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Ibrahim Rabbani ‘16 – Lahore, Pakistan

<ong>What was Lahore like?

I grew up in one of the bigger cities in central Pakistan. There’s a lot of pollution. The city is open til 8 p.m.. I went to a private high school. The private system is much better than public education. It follows the British international system, kind of equivalent to IB. We have 5 years of high school instead of four. Just like there are feeder schools here that feed to different universities, there are a bunch in Pakistan that feed to different universities in the states.

Why Carleton?

It had no writing supplement. That was the reason, I kid you not. It also offered financial aid, had no application fee, and the deadline was later than others.
What did your friends and family think about you going to school in the US?

“You got in, you got aid, you should go.” That was literally the end of the discussion. It’s a pretty general thing. Even back in the colonial days it was a regular thing to go to Oxford or Cambridge or wherever for an education. It was thought of as you were doing a noble service and you’ll eventually come back to your country with better ideas. The bigger problem I’d say now is that no one usually goes back anymore since there’s not much to go back to these days.

What are you thinking about majoring in?

I knew I wanted to be a computer scientist since I was ten and so I’ve taken a bunch of CS courses. I also realize that I tend to get bored of things. I had studied economics informally before and so I said I might as well try here. I started taking a lot of Econ classes and so now I’m going to declare both CS and Econ. I also studied other fun and weird things like music. I also took Spanish for a while.

What are some differences between American and Pakistani education?

All I know of what a high school in the US is like is from pop culture references, which probably don’t do justice to things and over-emphasize things like bullying and stratification. Some differences are, for instance, the fact that while the official medium of instruction was English, you didn’t talk to your friends in English. There was also much higher focus on science education. One of the other stark differences was that I had never written an academic paper before I got to college. We’d have classes where you’d write an essay-based exam, but it wasn’t the kind of paper with a bibliography. That was new. The first paper I wrote, I was like ‘what is this bibliography business?!’ I guess the bigger problem was learning how to use academic sources properly rather than just writing a paper. That part isn’t that hard, but it’s the getting acquainted with the reference material and JSTOR that takes more time because one of the main thing high schools back home are missing is academic culture. That was a huge change.

What is the general attitude in Pakistan about US drone strikes?

It is something people feel really strongly about back home. There is a lot of anti-US sentiment in Pakistan and it’s growing because of the war on terror. People do get issues conflated. They equate everything bad that happens with the War on Terror with the United States. There was an article that came out recently in which a drone analyst who worked in Afghanistan for a couple of years commented about just how inaccurate it is. You can’t really tell who’s on the drone screens, you have to go off of sketchy Intel. It’s imperfect as a technique to say the least. I’d say the surgical aspect of it is overemphasized, although they have killed some effective enemies of the state. I do think the collateral damage has been huge. Another argument people back home make a lot is that drone strikes add to the cycle of terrorism. They kill off enough civilians to infuriate the part that survive who then take up arms against the States, which then adds to the number of people you’re trying to kill in the first place. Personally, I do understand the need somewhat for drones, but their benefits are not as clear as the United States claims they are.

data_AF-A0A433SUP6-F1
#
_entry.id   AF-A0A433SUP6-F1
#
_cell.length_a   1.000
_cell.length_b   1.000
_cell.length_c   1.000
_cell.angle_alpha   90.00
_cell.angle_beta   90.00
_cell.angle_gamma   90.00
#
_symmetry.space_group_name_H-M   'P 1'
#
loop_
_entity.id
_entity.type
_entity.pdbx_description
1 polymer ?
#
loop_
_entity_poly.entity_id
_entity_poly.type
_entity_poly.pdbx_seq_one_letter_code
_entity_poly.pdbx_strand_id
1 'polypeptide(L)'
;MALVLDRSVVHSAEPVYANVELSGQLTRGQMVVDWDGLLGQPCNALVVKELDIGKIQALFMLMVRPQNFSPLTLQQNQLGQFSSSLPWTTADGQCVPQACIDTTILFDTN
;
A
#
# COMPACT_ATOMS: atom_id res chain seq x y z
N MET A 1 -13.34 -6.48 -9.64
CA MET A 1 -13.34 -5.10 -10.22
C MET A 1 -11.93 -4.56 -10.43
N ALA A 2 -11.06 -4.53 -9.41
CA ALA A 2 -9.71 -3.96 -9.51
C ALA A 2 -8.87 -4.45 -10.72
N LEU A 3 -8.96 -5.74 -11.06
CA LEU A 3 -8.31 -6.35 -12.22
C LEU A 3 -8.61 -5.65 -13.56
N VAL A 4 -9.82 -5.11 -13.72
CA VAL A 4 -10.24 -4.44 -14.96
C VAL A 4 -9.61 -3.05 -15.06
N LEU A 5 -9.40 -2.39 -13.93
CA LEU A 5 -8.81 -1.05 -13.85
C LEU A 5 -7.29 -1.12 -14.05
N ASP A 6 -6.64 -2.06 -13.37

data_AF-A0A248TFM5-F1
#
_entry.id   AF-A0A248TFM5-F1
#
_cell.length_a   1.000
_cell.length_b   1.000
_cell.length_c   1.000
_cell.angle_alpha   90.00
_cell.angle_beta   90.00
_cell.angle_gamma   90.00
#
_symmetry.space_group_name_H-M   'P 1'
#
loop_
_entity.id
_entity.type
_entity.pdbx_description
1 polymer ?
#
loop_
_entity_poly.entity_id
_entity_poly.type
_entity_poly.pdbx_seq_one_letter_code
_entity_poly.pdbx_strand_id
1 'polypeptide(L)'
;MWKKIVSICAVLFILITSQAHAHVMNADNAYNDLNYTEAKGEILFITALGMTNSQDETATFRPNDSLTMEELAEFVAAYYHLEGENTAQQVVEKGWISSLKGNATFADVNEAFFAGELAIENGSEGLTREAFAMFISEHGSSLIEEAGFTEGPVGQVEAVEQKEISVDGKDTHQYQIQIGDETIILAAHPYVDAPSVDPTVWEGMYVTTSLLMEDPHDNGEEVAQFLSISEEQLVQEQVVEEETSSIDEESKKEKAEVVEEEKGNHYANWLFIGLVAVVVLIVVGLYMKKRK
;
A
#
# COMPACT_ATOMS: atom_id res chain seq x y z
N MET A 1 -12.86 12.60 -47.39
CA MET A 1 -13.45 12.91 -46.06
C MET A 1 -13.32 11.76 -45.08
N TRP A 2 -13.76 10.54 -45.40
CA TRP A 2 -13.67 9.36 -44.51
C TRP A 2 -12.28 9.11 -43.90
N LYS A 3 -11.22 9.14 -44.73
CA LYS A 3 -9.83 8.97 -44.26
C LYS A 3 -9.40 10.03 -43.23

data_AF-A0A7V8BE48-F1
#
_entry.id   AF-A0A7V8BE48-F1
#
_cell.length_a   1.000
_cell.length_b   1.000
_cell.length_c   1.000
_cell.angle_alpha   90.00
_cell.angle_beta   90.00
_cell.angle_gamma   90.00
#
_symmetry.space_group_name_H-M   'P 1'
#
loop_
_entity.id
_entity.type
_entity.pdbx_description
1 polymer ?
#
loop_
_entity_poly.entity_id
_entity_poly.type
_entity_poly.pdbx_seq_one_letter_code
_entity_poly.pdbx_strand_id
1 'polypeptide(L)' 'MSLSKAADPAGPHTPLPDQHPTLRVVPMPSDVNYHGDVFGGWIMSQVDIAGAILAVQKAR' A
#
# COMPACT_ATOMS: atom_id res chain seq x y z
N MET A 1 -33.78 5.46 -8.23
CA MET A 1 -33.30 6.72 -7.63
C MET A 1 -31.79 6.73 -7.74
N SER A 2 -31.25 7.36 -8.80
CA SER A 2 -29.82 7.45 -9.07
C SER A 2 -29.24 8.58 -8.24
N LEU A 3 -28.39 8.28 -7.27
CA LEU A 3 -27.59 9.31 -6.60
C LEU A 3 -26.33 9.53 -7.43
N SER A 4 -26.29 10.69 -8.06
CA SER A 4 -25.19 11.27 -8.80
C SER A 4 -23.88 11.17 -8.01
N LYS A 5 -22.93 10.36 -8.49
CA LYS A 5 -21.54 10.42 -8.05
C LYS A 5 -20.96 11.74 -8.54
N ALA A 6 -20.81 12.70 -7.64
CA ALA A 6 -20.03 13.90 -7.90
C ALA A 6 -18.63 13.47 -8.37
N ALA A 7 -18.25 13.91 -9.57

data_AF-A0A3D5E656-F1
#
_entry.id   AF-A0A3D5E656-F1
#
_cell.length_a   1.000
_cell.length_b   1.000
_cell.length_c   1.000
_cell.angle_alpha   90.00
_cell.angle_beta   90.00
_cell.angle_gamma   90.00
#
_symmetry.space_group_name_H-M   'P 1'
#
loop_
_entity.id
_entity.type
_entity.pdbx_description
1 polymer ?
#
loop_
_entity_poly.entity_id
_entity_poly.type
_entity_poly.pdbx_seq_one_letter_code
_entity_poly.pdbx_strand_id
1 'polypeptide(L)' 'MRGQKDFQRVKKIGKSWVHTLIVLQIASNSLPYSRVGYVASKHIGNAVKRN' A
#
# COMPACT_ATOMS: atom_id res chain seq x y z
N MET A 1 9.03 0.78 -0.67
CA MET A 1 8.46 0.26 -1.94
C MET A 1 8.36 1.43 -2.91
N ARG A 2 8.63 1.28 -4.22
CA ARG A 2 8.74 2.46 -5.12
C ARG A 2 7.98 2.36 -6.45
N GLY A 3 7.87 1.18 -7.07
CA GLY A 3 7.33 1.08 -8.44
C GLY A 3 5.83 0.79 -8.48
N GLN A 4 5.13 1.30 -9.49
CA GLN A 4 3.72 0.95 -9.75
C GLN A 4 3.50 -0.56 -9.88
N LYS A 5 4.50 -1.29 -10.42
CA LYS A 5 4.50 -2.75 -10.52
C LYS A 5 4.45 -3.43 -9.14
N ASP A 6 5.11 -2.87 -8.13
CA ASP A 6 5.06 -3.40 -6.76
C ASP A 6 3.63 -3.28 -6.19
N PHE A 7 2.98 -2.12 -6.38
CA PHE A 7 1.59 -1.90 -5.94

What’s something about Pakistani culture which you think Americans ought to learn from?

I think there is a stronger emphasis on familial values. Kids are expected somewhat to take care of their parents and parents are expected to fend for their children the best they can, which can be a good or bad thing, depending on how you view parenthood. Some view it as when your kids graduate high school they’re on their own. Parents in Pakistan literally take over for the welfare state. They compensate for there not being a welfare state. They try to pay for college the best they can. They try to marry off their kids, fund their marriage, and try to help out even after the marriage. That’s a huge thing. Generally the family structure seems to have held it together most. Which doesn’t mean there aren’t problems. Here, there’s too many failed marriages. It’s not perfect, but that’s one thing I could take away from the culture back there which I think we need to incorporate more here which is respect for parents. There’s less openness but more respect. It’s a tradeoff, but I think the family structure has kept it better together over there, in my limited experience of what I’ve seen here.

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